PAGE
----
Alaska was well-represented among recipients of the 2017 Joan Mitchell Foundation’s grant awards for painters and sculptors.
The grantees receive $25,000 each, along with some well-deserved recognition.
Kelliher-Combs said she was eating breakfast with her aunt and uncle when she got the call telling her she’d won.
“Complete shock. You know, all I could say was, ‘Thank you, thank you, thank you,'” Kelliher-Combs said. “It was a very exciting moment.”
Exciting, Kelliher-Combs said, because she knows how competitive the grants are. But because the foundation had other calls to make and press releases write, they asked her not to tell anyone.
“I was smiling all day that day, and I couldn’t tell anybody!” Kellier-Combs said. “It’s hard when you find out some good news.”
Kelliher-Combs’ work — just to mention a couple pieces — includes evocative, colorful paintings, as well as sculptures of walrus stomach and porcupine quills, a combination of her Inupiaq and Athabascan heritage.
In general, Kelliher-Combs said her art features themes of place, community and identity, specifically, the ongoing struggle to define oneself and discover identity.
“Tied into all of that is issues of Alaska, colonization, also our relationship to the land, conflict of western and indigenous culture,” Kelliher-Combs said. “Things like that.”
The foundation’s nomination process is confidential, so Michael and Kelliher-Combs do not know who submitted their names.
The foundation’s Painters and Sculptors Grant Program began funding “under-recognized” artists, as they put it, in 1994. Since then, only one other artist living and working in Alaska has won a grant, though there have been other Alaska Native awardees living elsewhere.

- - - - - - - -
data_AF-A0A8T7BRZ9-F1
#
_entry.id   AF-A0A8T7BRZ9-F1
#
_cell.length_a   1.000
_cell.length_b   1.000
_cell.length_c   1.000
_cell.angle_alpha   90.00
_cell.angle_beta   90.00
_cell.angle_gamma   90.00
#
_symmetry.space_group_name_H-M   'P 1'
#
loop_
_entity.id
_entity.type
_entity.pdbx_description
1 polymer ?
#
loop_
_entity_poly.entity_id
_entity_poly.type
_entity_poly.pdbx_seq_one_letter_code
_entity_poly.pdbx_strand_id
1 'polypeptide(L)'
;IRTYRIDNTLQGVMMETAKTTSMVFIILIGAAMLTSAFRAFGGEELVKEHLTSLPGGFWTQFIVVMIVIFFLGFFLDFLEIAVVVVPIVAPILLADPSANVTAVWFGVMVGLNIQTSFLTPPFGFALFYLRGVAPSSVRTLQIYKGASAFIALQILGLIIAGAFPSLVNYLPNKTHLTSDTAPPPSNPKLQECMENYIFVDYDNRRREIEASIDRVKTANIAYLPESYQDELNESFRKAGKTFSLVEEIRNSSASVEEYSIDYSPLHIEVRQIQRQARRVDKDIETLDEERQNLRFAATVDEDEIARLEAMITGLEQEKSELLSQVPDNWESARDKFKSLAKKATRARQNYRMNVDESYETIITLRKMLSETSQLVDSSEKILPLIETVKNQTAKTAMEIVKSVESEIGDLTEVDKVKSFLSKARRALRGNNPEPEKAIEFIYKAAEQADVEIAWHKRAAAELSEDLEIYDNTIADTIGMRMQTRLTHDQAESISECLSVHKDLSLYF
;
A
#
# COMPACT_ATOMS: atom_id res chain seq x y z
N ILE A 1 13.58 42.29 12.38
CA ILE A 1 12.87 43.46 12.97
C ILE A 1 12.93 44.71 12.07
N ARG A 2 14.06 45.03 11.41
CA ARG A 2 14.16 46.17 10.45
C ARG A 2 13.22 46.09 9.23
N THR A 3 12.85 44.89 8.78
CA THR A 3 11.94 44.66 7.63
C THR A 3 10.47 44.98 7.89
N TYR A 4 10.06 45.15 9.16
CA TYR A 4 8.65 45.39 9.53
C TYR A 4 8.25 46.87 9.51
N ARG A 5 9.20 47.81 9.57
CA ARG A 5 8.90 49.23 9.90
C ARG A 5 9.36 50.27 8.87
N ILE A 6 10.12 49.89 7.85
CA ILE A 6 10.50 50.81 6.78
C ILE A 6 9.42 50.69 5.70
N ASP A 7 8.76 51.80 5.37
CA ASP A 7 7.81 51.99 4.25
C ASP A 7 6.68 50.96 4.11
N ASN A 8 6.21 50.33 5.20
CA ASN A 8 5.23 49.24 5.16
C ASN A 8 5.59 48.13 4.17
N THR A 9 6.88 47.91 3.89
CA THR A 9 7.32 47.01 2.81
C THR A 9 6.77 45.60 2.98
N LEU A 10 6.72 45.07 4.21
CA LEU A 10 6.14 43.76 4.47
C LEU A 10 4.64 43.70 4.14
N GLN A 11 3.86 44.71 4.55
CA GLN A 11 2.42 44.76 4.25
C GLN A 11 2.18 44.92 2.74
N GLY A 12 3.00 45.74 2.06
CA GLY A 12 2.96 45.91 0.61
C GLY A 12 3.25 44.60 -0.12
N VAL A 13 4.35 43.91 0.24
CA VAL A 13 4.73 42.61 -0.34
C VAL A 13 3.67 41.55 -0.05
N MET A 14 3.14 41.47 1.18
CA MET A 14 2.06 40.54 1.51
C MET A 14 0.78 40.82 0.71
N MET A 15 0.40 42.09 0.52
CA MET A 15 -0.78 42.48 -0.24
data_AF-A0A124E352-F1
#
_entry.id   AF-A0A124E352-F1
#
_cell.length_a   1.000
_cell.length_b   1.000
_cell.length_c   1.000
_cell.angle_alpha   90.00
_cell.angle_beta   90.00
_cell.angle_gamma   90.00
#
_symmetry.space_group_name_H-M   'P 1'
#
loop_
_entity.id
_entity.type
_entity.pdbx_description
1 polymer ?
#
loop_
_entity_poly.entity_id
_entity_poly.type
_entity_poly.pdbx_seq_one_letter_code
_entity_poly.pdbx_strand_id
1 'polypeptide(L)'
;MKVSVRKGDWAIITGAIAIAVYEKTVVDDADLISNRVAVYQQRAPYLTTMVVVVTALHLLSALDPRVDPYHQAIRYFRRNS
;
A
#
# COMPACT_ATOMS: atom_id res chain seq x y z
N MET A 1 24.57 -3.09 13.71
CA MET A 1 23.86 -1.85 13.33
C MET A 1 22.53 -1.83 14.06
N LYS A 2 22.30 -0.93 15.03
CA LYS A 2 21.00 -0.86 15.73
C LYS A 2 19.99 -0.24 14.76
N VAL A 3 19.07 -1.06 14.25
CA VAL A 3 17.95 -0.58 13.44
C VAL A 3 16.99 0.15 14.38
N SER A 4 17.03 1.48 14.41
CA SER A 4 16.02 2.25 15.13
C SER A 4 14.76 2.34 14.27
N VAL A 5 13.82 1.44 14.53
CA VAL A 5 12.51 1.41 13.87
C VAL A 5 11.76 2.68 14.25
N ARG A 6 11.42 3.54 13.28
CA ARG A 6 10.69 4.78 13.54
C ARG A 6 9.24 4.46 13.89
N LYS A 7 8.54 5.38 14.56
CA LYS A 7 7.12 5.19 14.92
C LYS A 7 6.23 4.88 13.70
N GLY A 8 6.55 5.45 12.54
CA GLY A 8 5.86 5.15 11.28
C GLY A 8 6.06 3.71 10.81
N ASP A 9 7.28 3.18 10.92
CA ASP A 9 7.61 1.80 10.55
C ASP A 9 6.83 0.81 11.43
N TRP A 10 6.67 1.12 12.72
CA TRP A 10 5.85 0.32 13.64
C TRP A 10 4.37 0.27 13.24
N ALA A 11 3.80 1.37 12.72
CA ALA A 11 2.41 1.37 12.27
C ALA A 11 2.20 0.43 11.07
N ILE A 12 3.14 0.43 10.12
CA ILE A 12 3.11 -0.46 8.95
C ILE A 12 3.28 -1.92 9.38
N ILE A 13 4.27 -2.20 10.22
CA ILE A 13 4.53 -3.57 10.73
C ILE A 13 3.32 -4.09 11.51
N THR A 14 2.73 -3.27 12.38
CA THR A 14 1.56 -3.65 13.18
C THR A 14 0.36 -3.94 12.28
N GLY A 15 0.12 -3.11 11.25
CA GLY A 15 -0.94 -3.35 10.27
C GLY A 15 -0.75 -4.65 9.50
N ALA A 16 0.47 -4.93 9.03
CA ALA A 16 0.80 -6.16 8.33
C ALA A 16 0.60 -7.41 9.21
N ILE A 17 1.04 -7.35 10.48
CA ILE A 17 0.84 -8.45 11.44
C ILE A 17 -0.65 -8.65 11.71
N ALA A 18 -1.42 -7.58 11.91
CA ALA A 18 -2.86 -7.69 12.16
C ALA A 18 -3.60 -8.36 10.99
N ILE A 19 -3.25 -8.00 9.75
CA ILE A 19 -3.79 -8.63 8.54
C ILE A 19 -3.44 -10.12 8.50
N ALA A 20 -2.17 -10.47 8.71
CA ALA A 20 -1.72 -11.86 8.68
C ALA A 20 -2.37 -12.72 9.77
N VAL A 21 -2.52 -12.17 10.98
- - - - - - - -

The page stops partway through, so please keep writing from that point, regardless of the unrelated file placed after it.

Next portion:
Michael said he was also surprised and honored to get the phone call.
“They did happen to choose two people from Alaska, and, yeah, my eyebrows rose, for sure. Kinda cool!” Michael said.
Michael said he’s thrilled about the money but that the spotlight on his artwork, the continuing support and the connection to other artists is maybe more important for him.
Michael’s art is rooted in his culture, both Yupik and Inupiaq, he said, and he has evolved from carving masks to sculpting.
“Oftentimes, I’m looking through the lens of finding healing or balance, thinking about how we carry energy in our body and how we connect to the world around us, whether it be in relationships with people or maybe animals in the world around us, and the spirit world, the places that are unseen,” Michael said.
Michael said the funding will help him branch out into using new materials, like glass and metal, and, perhaps, take his art to new places where it, toom has so far been unseen.